There are times in the life of nations when they hear their soul thus gushing forth in accents which no man hath written, and which all the world utters.12 All the senses desire to present their tribute to patriotism, and eventually to encourage each other.13 The foot advances-the gesture urges on-the voice intoxicates the ear-the ear stirs the heart. The whole man is wound up,' 14 like an instrument of enthusiasm.

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Like those sacred banners suspended from the roofs

1 There was, etc......footfall, on y entendait le pas cadencé2 to defend, à la défense de-3 as they devoured, dévorant- striking again and again, frappant et refrappant-5 rustled, ruisselaient-6 dipped in gore still reeking, trempé de sang encore chaud-7 had naught of fear, était intrépide-8 an impulse, l'élan- fire-water, l'eau de feu10 instilled, distillait-11 thus gushing forth, jaillir ainsi-12 utters, chante-13 and eventually......each other, et......mutuellement-14 is wound up, se monte.

of holy edifices,1 and which are brought out only on2 certain days, we keep the national song as an extreme arm for the great necessities of the country. Ours received from circumstances a peculiar character, which makes it at the same time more solemn and more sinister: glory and crime, victory and death, seem intertwined in its chorus.3 It was the song of patriotism, but it was also the imprecation of rage. It conducted our soldiers to the frontier, but it also accompanied our victims to the scaffold.


The Marseillaise preserves the echo of the song of glory and the shriek of death; glorious as the one, funereal like the other, it reassures the country, whilst it makes the citizen turn pale.

LAMARTINE," Histoire des Girondins."


Doubtless, nature had endowed Voltaire with the most wonderful faculties; such powers of intellect were not entirely the result of education and of circumstances; still, would it not be possible to show that the employment of these talents was constantly directed by the opinions of the time, and that the desire of succeeding and of pleasing, the first motive of nearly all writers, guided Voltaire every moment of his life?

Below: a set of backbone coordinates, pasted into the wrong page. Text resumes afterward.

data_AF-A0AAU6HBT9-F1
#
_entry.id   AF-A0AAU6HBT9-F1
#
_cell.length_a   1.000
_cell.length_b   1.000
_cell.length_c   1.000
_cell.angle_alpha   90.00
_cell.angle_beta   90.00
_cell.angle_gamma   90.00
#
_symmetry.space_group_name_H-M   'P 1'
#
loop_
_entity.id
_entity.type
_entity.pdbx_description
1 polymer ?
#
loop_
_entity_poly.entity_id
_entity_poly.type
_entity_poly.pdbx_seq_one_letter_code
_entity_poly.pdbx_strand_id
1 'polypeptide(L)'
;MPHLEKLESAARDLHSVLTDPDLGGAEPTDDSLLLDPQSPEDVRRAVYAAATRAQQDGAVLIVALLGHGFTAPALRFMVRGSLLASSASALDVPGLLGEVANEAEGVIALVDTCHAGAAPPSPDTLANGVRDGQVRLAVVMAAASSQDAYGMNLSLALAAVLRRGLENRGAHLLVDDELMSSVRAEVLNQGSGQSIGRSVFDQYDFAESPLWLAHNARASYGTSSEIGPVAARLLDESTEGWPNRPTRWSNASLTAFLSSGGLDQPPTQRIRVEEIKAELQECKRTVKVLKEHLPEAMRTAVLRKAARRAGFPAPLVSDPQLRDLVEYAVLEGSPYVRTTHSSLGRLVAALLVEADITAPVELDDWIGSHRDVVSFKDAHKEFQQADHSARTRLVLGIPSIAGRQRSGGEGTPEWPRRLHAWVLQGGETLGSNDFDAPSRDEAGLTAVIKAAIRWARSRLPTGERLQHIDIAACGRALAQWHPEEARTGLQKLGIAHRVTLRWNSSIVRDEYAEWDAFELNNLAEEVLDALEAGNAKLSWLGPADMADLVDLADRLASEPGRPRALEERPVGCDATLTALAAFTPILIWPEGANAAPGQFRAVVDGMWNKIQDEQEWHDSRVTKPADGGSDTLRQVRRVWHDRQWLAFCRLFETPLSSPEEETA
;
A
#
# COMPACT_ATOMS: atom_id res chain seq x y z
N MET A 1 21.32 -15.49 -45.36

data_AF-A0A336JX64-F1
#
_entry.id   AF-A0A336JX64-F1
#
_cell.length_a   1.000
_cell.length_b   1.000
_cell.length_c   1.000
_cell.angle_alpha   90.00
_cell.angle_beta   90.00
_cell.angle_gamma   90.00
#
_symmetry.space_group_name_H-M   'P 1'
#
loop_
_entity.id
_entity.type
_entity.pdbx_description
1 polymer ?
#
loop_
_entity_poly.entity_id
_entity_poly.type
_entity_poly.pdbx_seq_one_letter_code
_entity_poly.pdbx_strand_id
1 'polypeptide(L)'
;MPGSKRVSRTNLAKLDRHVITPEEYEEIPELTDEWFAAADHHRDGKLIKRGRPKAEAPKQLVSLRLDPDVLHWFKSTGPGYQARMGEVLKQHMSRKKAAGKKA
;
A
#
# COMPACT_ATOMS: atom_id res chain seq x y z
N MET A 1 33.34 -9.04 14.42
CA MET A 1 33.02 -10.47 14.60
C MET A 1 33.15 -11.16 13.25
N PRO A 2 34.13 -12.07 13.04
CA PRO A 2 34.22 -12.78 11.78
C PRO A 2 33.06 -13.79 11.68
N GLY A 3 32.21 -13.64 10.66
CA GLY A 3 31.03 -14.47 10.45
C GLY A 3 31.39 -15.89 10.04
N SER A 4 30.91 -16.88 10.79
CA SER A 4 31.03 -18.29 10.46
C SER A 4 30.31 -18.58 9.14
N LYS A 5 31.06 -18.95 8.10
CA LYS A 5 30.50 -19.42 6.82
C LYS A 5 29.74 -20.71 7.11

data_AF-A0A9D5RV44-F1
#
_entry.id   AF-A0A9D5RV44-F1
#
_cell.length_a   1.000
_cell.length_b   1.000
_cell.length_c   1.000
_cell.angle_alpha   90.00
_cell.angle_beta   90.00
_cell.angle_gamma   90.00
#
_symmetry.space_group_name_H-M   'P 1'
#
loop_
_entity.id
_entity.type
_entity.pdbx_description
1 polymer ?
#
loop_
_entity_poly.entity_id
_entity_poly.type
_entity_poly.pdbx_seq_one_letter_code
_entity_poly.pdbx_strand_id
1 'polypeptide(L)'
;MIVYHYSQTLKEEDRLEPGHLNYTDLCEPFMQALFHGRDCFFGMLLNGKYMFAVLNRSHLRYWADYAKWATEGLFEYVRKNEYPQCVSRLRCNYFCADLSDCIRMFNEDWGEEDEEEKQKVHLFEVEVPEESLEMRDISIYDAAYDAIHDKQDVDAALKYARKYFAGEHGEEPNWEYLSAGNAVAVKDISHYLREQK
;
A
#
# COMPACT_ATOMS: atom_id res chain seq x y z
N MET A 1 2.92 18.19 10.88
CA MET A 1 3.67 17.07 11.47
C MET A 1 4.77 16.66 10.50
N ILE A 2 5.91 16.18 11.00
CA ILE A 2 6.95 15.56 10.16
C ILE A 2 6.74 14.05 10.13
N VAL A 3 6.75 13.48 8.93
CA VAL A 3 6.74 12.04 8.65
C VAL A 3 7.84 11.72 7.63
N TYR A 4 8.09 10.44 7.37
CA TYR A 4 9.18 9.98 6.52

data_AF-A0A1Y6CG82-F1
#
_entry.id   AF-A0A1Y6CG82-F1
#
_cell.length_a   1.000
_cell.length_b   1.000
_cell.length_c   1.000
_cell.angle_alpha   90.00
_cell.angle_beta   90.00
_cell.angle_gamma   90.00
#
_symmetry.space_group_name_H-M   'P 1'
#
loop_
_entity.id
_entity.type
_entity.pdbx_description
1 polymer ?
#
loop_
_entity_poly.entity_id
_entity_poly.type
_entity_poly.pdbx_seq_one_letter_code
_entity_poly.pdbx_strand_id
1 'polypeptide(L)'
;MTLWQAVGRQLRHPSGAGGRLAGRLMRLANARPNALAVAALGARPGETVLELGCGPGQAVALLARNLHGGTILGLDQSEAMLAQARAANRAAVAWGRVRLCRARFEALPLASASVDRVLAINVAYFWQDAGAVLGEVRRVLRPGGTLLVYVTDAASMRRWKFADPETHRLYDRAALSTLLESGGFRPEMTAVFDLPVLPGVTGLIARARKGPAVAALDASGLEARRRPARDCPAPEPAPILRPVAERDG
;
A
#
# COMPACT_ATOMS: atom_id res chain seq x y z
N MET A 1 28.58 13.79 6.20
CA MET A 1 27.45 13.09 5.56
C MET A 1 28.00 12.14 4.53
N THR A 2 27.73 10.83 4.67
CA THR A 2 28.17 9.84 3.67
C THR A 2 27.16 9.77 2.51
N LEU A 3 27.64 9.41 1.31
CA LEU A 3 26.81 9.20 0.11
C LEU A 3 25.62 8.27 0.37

But then, too, no one was more susceptible than

1 From the roofs of holy edifices, aux voûtes des temples-2 and which are brought out only on, et qu'on n'en sort qu'à intertwined in its chorus, entrelacés dans ses refrains- the echo, un retentissement -5 whilst it makes, et fait.

6 Motive, mobile-7 but then, too, mais aussi.


he of yielding to such impressions; his genius presents, as it seems to us, the singular phenomenon of a man most frequently wanting in that faculty of the mind which we call reflection, and at the same time endowed, in the highest degree, with the power of feeling and expressing himself with wonderful vivacity. Such is undoubtedly the cause of his success and of his errors.

This habit of looking at all things from one single point of view, and of yielding to the actual sensations produced by an object, without thinking of those which it might give rise to in other circumstances, has multiplied the contradictions of Voltaire, has often led him away from justice and reason, has injured3 the plan of his works and their perfect harmony. But an absolute yielding to impressions, a continual impetuosity of feeling, a most delicate and lively irritability, have produced that pathos,5 that irresistible enthusiasm, that spirit of eloquence and pleasantry, and that continual grace which flows from boundless facility. And when reason and truth happen to be clothed in this brilliant exterior," they then acquire the most seducing charm, they seem to be born without effort, all radiant with a direct and natural light; and their interpreter leaves far behind him all those who seek them with difficulty, through judgment, comparison, and experience.

Had the first success of Voltaire been less signal; 9

1 As it seems to us, à ce qu'il nous semble-2 of looking at all things from, d'envisager tout sous-3 has injured, a nui à— an absolute yielding to, un abandon entier à --5 pathos, pathétique-6 spirit, verve

to be, etc......exterior, viennent à être revêtues de ces brillants dehors- with difficulty, through, péniblement, par-9 had, etc...... signal, si les premiers succès de V. eussent été moins éclatants.